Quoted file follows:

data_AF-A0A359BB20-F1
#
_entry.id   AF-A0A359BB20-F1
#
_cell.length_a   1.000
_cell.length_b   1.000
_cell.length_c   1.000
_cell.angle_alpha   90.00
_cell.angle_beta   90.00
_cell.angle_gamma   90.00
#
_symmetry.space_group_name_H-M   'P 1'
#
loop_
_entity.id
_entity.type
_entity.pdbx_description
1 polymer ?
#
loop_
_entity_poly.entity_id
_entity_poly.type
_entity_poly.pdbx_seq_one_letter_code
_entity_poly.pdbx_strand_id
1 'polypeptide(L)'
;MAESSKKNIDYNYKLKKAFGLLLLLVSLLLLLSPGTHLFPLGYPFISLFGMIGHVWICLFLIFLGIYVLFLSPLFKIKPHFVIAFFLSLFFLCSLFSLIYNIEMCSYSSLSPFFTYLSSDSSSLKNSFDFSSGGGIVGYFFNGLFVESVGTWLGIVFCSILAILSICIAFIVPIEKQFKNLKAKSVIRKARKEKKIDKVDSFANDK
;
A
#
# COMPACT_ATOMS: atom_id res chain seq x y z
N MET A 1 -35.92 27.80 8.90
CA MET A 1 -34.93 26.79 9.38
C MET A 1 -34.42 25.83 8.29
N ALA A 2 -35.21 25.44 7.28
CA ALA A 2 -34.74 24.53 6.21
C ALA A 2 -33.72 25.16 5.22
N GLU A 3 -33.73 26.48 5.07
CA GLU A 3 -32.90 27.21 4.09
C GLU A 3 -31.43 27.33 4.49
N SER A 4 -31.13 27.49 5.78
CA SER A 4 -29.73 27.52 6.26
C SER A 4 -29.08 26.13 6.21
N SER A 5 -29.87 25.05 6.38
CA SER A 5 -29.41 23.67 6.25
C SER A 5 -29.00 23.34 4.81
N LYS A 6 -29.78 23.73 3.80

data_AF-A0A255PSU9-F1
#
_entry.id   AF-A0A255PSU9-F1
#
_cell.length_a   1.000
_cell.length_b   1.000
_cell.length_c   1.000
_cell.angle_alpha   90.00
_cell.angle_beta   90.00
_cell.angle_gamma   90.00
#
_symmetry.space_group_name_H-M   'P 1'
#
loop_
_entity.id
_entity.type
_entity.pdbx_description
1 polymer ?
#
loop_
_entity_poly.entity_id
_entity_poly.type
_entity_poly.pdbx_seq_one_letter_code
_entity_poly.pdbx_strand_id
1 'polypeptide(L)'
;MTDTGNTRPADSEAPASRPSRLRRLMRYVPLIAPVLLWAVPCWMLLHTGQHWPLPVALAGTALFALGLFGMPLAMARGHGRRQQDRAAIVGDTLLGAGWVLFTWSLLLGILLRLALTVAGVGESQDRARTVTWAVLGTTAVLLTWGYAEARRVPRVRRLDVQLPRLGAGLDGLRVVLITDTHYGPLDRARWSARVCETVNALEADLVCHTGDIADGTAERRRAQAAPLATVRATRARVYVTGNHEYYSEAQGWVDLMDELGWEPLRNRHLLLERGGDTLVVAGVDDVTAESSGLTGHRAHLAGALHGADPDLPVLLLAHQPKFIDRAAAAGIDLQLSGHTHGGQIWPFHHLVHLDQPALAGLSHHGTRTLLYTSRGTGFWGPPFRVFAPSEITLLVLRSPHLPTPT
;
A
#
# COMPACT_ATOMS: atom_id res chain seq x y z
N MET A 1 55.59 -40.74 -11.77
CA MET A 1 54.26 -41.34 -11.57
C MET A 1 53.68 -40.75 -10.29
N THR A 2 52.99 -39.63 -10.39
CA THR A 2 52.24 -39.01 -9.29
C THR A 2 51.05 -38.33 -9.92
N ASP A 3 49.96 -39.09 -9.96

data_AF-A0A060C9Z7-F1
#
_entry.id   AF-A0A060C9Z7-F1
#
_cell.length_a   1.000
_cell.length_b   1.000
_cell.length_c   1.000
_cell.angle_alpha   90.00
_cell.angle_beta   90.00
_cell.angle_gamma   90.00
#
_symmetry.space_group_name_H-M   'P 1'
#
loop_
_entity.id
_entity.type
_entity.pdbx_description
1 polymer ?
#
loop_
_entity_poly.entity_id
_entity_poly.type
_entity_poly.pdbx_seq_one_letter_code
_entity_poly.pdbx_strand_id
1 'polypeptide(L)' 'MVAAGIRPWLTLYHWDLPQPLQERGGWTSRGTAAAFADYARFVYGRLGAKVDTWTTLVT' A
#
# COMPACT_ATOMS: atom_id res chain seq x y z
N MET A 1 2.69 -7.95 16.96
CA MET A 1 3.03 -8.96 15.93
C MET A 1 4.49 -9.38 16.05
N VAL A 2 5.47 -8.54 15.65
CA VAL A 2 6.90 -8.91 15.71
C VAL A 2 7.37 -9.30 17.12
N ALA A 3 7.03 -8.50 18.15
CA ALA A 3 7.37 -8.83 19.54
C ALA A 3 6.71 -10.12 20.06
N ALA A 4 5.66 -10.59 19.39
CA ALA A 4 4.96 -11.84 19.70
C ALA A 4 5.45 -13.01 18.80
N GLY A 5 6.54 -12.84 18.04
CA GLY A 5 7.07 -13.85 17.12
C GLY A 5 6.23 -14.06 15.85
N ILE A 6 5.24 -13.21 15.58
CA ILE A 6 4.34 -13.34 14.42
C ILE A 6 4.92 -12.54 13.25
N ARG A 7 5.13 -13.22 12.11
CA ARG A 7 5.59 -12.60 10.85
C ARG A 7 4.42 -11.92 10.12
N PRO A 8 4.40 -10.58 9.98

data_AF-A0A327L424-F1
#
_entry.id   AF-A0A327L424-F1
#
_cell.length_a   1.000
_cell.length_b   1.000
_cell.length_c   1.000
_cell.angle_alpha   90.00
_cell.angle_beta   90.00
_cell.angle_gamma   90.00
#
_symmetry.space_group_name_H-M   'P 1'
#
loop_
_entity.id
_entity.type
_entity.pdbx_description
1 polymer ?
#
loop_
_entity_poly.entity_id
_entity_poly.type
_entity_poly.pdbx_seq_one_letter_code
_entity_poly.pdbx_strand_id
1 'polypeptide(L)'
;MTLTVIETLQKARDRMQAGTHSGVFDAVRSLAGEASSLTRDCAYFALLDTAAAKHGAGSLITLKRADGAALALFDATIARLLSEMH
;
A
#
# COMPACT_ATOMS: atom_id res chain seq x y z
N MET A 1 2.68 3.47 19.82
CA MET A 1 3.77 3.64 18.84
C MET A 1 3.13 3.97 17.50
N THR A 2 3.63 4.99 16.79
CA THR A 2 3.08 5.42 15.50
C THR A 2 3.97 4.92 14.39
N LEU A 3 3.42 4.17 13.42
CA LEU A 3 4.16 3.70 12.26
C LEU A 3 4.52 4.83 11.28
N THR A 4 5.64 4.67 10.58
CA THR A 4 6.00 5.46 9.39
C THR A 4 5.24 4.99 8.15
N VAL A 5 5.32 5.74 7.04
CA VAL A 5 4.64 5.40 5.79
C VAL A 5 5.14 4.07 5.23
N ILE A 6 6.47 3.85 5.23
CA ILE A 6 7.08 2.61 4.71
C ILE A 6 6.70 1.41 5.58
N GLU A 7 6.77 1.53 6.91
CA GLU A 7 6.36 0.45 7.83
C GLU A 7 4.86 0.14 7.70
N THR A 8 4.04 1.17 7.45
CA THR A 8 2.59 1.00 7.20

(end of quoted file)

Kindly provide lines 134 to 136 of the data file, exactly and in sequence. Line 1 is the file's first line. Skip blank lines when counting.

#
_entry.id   AF-A0A327L424-F1
#